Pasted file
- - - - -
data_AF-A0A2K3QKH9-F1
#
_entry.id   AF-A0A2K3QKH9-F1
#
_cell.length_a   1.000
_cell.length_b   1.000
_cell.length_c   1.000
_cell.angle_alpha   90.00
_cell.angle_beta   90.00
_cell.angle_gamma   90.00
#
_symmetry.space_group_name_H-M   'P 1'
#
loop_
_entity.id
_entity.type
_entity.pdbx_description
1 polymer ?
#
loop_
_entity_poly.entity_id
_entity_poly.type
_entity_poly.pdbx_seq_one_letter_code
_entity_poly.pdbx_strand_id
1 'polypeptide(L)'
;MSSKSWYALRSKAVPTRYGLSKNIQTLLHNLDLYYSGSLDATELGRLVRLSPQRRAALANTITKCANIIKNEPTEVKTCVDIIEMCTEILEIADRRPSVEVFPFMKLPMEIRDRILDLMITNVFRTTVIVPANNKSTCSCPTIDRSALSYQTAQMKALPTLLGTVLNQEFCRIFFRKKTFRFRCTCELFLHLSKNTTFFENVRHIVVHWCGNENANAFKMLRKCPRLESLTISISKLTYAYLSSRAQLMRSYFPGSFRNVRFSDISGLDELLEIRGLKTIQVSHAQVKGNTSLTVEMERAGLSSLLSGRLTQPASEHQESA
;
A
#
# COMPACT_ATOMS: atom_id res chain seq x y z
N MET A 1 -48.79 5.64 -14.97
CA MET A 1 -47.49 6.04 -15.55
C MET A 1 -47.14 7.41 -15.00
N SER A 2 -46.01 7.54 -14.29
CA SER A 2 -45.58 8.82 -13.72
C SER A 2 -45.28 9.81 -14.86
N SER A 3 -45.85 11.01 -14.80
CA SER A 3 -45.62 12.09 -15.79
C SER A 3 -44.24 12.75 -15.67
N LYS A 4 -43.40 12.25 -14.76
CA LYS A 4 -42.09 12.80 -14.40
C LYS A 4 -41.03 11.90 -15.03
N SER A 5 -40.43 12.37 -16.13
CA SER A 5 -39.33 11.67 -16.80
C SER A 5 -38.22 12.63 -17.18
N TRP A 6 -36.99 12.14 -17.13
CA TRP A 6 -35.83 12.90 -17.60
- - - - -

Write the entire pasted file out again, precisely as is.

data_AF-A0A2K3QKH9-F1
#
_entry.id   AF-A0A2K3QKH9-F1
#
_cell.length_a   1.000
_cell.length_b   1.000
_cell.length_c   1.000
_cell.angle_alpha   90.00
_cell.angle_beta   90.00
_cell.angle_gamma   90.00
#
_symmetry.space_group_name_H-M   'P 1'
#
loop_
_entity.id
_entity.type
_entity.pdbx_description
1 polymer ?
#
loop_
_entity_poly.entity_id
_entity_poly.type
_entity_poly.pdbx_seq_one_letter_code
_entity_poly.pdbx_strand_id
1 'polypeptide(L)'
;MSSKSWYALRSKAVPTRYGLSKNIQTLLHNLDLYYSGSLDATELGRLVRLSPQRRAALANTITKCANIIKNEPTEVKTCVDIIEMCTEILEIADRRPSVEVFPFMKLPMEIRDRILDLMITNVFRTTVIVPANNKSTCSCPTIDRSALSYQTAQMKALPTLLGTVLNQEFCRIFFRKKTFRFRCTCELFLHLSKNTTFFENVRHIVVHWCGNENANAFKMLRKCPRLESLTISISKLTYAYLSSRAQLMRSYFPGSFRNVRFSDISGLDELLEIRGLKTIQVSHAQVKGNTSLTVEMERAGLSSLLSGRLTQPASEHQESA
;
A
#
# COMPACT_ATOMS: atom_id res chain seq x y z
N MET A 1 -48.79 5.64 -14.97
CA MET A 1 -47.49 6.04 -15.55
C MET A 1 -47.14 7.41 -15.00
N SER A 2 -46.01 7.54 -14.29
CA SER A 2 -45.58 8.82 -13.72
C SER A 2 -45.28 9.81 -14.86
N SER A 3 -45.85 11.01 -14.80
CA SER A 3 -45.62 12.09 -15.79
C SER A 3 -44.24 12.75 -15.67
N LYS A 4 -43.40 12.25 -14.76
CA LYS A 4 -42.09 12.80 -14.40
C LYS A 4 -41.03 11.90 -15.03
N SER A 5 -40.43 12.37 -16.13
CA SER A 5 -39.33 11.67 -16.80
C SER A 5 -38.22 12.63 -17.18
N TRP A 6 -36.99 12.14 -17.13
CA TRP A 6 -35.83 12.90 -17.60